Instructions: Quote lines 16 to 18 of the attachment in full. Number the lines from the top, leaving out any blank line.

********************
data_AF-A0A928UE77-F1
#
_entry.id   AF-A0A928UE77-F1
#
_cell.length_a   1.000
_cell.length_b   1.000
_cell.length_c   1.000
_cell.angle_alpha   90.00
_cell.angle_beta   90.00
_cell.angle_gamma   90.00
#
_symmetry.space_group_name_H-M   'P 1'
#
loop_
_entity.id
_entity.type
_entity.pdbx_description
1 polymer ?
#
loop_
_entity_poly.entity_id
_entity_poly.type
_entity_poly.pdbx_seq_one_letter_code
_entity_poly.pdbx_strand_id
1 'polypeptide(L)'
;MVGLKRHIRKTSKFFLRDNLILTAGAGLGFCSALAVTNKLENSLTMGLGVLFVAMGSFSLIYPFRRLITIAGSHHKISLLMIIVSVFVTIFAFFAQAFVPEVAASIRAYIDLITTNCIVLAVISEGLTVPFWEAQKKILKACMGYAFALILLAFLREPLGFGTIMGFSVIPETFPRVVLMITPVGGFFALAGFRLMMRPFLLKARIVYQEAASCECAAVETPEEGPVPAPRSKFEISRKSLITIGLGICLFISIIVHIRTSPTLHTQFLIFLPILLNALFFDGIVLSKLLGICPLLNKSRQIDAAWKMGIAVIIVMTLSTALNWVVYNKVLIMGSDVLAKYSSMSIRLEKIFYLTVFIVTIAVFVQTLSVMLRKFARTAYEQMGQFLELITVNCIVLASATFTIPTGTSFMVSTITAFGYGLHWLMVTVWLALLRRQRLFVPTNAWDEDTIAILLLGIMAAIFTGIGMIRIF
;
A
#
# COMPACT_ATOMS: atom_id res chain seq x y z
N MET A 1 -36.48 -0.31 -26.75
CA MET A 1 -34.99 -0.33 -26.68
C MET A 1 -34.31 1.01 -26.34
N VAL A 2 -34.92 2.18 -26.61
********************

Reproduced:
_entity.type
_entity.pdbx_description
1 polymer ?